A Brief History of Hydraulic Fracturing

Though the fracking industry has fallen on somewhat hard times over the last few years, a new Presidency and a Cabinet filled with friends of the oil and gas industry indicate that the next few years are going to be very good for the industry. Whether you love it or you don’t know all the facts, hydraulic fracturing has become a ubiquitous part of our daily lives. Some protest its proliferation; others tout its value as a means of lessening the toll that energy extraction takes on the environment. Whatever you think about the process, fracking is here to stay. What you may not realize, though, is that hydraulic fracturing has been around for more than a hundred and fifty years.

The first implementation of fracking came in 1862 when a Civil War veteran named Edward Roberts who devised a theory for superincumbent fluid tamping during the battle of Fredericksburg. Roberts wasn’t able to implement his design until four years later. The morning after the first successful test, the Titusville Morning Herald described the process:

“The torpedo, which is an iron case, containing an amount of powder varying from fifteen to twenty pounds, is lowered into the well, down to the spot, as near as can be ascertained, where it is necessary to explode it. It is then exploded by means of a cap on the torpedo, connected with the top of the shell by a wire.”

Roberts’ Torpedo, as it became known, increased the efficiency of oil drilling by 1200 percent. For nearly the next century, Roberts’ Torpedo went largely unchanged. In fact, most companies who drilled to the shale layer were more inclined to think of it as a nuisance preventing them from getting to the oil deposits. It wasn’t until 1948 that oil company Stanolind discovered the economic benefits of a predecessor to hydraulic fracturing. Using a form of jellied napalm, Stanolind figureed out how to blast grains of sand into the shale later, creating fractures that poured out oil and gas. Of course, the company wasn’t one hundred percent sure of the physics behind the process.

Then, in 1954, Shell gasoline tasked a geologist named M. King Hubbert with doing the math of hydraulic fracturing. Known as “the father of peak oil,” Hubbert had previously been one of the first people to forecast the eventual peak and decline of crude oil. Along with an assistant named David Willis, Hubbert’s work on the physics behind fracking helped revolutionize the practice by explaining exactly what was going on in an oil well.

Once engineers had some accurate idea of how fracking worked, the ideas on how to improve both the efficiency and, more importantly, the safety of the process began to flow in like a tidal wave.

Alternative Uses for Petroleum Products You May Not Have Known

Obviously, the entire world knows that the shale oil we extract through fracking and the oil we pull from the bowels of the earth are the world’s number one sources for heating our homes and fueling our cars. That gets explained to children in grade one. However, the oil products that light our homes are actually used to support and innovate an incredible number of industries you’d never expect.

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The Oil and Gas Industry Goes Green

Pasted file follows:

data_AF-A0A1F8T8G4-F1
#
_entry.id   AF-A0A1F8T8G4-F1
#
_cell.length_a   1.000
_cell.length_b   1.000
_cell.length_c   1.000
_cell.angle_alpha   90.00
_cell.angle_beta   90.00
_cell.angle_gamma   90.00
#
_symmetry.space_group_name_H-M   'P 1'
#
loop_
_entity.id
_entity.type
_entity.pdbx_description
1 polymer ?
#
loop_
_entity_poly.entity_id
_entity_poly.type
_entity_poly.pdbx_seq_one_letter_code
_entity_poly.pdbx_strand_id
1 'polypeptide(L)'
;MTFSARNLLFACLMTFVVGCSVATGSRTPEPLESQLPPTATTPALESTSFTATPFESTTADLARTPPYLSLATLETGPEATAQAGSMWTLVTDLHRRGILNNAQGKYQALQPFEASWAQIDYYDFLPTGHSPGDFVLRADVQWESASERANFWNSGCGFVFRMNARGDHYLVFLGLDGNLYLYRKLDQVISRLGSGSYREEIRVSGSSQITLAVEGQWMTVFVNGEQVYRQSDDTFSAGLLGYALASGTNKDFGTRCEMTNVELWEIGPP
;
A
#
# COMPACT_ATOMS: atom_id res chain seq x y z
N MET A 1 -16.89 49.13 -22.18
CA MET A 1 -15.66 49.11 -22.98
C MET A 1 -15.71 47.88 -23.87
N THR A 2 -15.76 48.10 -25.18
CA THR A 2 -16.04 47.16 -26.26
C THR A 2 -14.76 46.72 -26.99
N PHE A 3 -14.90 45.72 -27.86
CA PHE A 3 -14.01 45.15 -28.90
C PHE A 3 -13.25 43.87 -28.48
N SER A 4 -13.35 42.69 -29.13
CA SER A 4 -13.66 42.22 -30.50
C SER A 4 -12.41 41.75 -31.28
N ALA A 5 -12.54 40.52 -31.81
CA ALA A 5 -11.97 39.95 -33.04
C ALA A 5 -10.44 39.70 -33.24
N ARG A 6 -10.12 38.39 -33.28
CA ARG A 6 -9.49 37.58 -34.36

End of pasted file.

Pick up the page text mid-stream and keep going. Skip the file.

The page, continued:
In spite of very public comments to the contrary, the oil and gas industry is consistently making strides to ensure that mother Earth keeps spinning. Not only is the industry constantly providing brand new technological advancements that enable projects to extract shale gas responsibly, but several big name companies have actually banded together to put their money where their mouth is and fight climate change.

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Advances in Lateral Fracking May Mean Fewer Wells and Larger Profits

In their effort to increase profit while reducing the strain on the environment, oil and gas companies are constantly looking for innovative ways to extract shale from the Earth. Depending on who you ask, the newest advancements for obtaining that shale differ greatly. Chesapeake Energy, for example, is practicing something called, “monster fracking” which could potentially boost well output 70 percent.

In Colorado, though, they’re hedging their bets on a new advancement in lateral fracking that may help reduce the number of standing wells while increasing the output of each location. The process has already been adopted by several companies like Denver-based SM Energy Company, Pioneer Natural Resources, and, funnily enough, Chesapeake Energy.

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Health Concerns Continue to Dwindle with Latest Statement from CO Chief Medical Officer

Weld County, Colorado produces 90 percent of the state’s oil. Despite all of this oil production, the Colorado Department of Public Health and Environment has not seen any indication that the general health of this community has been affected by this work.

“I’m not going to tell anybody to go drink a pint of liquid petroleum or stand over an active well site and wave the fumes in to breath them in,” executive director and chief medical officer for the health department, Dr. Larry Wolk explained. “Nobody would argue that this stuff isn’t toxic, but it’s all about exposure to toxins, and we don’t see anything to be concerned with at this point in time.”

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